by Jan Ramelli and pictured here. Capable of sustaining over 700 horses and more than 100 burros this vast brush land is home to horses of many backgrounds and colors including splotchy pintos, appaloosas with their distinctive spotted rump and at least one pure white, blue-eyed beauty. Since horses and burros both freely roam and breed here Twin Peaks is one of very few HMAs that have mules. Mules are the result when a male burro breeds with a female horse. Mules can be male or female but due to an odd number of chromosomes they are sterile and cannot reproduce. The burros are believed to originate from historic sheep grazing operations of these parts of Lassen County California and Washoe County Nevada 25 miles northeast of Susanville.

    Several of the HMAs mentioned here border one another and all except Fort Sage are located, at least in part, northeast of Susanville. If you have a desire to see wild horses run free and appreciate the unique beauty of the Great Basin take a ride on the back roads through that area and keep your eyes peeled.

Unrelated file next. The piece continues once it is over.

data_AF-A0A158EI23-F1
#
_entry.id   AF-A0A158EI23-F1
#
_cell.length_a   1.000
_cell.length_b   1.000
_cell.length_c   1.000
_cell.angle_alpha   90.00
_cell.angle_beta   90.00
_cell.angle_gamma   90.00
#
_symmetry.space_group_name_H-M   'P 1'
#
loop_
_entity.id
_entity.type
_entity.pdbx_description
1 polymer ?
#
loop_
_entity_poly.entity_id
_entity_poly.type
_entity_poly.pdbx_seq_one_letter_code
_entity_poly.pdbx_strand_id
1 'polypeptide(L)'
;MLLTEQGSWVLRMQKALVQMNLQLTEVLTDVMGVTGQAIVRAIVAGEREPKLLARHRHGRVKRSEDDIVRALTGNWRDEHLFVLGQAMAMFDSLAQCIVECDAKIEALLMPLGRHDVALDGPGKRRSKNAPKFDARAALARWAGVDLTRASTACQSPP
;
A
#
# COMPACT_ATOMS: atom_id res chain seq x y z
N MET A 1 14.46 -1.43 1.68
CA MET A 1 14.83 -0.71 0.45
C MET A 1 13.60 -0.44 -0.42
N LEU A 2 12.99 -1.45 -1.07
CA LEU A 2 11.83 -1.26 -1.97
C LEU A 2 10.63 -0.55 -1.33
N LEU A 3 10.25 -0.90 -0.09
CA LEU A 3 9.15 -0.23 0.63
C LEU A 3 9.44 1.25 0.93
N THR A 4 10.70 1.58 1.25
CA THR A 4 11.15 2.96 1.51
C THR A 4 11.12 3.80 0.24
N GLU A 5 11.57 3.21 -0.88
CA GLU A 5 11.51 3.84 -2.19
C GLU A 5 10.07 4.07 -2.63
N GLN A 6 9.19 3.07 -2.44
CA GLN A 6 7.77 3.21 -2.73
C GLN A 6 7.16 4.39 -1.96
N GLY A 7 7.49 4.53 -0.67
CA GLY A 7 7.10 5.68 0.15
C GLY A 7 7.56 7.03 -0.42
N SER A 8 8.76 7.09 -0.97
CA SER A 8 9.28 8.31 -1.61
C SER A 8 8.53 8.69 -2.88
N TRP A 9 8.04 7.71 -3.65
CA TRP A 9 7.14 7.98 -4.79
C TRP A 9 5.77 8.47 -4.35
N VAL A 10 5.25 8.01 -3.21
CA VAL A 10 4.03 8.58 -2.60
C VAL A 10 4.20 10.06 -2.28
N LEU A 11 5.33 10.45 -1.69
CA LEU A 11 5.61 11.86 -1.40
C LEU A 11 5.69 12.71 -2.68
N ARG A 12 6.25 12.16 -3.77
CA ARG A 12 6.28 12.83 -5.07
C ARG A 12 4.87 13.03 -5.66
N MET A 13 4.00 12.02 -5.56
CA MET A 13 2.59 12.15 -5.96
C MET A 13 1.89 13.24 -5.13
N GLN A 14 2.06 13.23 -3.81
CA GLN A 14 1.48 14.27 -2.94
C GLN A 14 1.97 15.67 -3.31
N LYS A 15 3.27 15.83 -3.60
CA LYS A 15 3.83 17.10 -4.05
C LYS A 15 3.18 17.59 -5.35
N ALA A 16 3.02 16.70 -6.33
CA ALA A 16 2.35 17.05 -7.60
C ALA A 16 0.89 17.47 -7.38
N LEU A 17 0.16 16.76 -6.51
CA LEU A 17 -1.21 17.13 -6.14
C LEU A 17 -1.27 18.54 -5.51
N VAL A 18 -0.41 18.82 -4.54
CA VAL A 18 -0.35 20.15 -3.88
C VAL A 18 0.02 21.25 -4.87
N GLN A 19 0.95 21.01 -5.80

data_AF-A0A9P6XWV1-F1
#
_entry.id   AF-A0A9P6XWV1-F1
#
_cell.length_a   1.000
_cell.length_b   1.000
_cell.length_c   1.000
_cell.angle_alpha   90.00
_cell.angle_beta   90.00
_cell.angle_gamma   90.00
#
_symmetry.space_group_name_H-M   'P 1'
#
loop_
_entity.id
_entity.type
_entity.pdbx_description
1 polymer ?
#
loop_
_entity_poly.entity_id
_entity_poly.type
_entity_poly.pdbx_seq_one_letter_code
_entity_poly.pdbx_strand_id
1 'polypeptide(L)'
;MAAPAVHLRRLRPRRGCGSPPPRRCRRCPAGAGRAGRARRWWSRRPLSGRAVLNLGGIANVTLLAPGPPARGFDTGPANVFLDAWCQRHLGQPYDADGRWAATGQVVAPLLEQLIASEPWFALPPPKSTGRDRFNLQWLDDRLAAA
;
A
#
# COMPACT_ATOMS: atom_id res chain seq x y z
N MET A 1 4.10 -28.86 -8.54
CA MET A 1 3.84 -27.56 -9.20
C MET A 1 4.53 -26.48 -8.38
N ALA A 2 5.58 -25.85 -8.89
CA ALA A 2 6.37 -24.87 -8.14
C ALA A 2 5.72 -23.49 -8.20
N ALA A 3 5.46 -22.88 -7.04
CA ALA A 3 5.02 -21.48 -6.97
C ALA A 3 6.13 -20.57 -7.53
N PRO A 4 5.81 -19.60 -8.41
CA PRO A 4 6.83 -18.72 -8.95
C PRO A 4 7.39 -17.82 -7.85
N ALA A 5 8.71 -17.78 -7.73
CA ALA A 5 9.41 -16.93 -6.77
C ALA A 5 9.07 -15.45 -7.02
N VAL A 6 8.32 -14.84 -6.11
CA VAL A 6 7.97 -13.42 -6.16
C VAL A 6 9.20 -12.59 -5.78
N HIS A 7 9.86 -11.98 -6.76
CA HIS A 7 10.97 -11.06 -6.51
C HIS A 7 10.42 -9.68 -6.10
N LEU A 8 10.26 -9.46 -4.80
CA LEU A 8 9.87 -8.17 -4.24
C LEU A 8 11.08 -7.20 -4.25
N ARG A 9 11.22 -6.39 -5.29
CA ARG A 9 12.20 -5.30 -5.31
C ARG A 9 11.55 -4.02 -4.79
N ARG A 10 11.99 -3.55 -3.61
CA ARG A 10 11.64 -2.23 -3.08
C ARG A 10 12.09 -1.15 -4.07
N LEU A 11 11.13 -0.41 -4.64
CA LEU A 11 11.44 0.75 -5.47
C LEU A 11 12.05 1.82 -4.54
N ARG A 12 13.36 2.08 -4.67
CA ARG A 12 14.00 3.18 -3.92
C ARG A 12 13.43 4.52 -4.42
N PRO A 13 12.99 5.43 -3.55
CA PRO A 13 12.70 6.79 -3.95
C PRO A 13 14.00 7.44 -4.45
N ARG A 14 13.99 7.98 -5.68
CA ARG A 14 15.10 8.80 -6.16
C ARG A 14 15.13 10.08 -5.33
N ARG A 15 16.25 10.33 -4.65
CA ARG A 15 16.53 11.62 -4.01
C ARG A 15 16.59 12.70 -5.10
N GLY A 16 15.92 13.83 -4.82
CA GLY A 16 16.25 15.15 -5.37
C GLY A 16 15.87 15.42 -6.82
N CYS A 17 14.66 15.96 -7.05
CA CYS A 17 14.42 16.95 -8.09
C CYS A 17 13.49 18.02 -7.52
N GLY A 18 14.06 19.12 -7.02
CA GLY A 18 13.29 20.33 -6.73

Drop in at the BLM office in Susanville at 2550 Riverside Drive for directions and maps of the BLM lands open to the horses and the public that wants to see them. A full listing of HMAs throughout the USA, maps by state and a full description of each HMA is available online at www.blm.gov along with listings of upcoming gathers and adoption opportunities.

    Gatherings and adoptions from the mentioned HMAs and 22 in total are coordinated through the Litchfield Corrals located 21 miles east of Susanville on US Highway 395 where gathered animals are prepped for adoption. The corrals are open Monday-Friday from 7am-4pm and can be reached by phone at 530-254-6575 or find them on Facebook for the latest news.